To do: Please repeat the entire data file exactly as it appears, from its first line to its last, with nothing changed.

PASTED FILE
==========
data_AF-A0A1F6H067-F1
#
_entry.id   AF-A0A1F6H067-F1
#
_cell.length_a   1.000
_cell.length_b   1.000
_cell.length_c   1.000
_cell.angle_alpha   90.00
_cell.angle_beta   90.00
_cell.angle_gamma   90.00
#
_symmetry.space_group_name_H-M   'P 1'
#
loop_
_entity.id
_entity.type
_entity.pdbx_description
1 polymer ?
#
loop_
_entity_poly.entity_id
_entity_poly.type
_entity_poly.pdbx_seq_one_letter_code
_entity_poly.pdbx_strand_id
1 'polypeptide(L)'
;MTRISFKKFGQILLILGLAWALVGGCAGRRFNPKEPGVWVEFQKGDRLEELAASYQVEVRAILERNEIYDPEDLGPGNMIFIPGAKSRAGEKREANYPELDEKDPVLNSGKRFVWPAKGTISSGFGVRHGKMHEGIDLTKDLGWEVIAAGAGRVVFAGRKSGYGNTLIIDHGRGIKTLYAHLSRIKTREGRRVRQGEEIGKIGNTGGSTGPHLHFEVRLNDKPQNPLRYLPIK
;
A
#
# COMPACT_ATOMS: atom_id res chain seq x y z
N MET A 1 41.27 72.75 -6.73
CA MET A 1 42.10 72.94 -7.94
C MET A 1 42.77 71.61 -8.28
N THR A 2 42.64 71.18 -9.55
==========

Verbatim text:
data_AF-A0A1F6H067-F1
#
_entry.id   AF-A0A1F6H067-F1
#
_cell.length_a   1.000
_cell.length_b   1.000
_cell.length_c   1.000
_cell.angle_alpha   90.00
_cell.angle_beta   90.00
_cell.angle_gamma   90.00
#
_symmetry.space_group_name_H-M   'P 1'
#
loop_
_entity.id
_entity.type
_entity.pdbx_description
1 polymer ?
#
loop_
_entity_poly.entity_id
_entity_poly.type
_entity_poly.pdbx_seq_one_letter_code
_entity_poly.pdbx_strand_id
1 'polypeptide(L)'
;MTRISFKKFGQILLILGLAWALVGGCAGRRFNPKEPGVWVEFQKGDRLEELAASYQVEVRAILERNEIYDPEDLGPGNMIFIPGAKSRAGEKREANYPELDEKDPVLNSGKRFVWPAKGTISSGFGVRHGKMHEGIDLTKDLGWEVIAAGAGRVVFAGRKSGYGNTLIIDHGRGIKTLYAHLSRIKTREGRRVRQGEEIGKIGNTGGSTGPHLHFEVRLNDKPQNPLRYLPIK
;
A
#
# COMPACT_ATOMS: atom_id res chain seq x y z
N MET A 1 41.27 72.75 -6.73
CA MET A 1 42.10 72.94 -7.94
C MET A 1 42.77 71.61 -8.28
N THR A 2 42.64 71.18 -9.55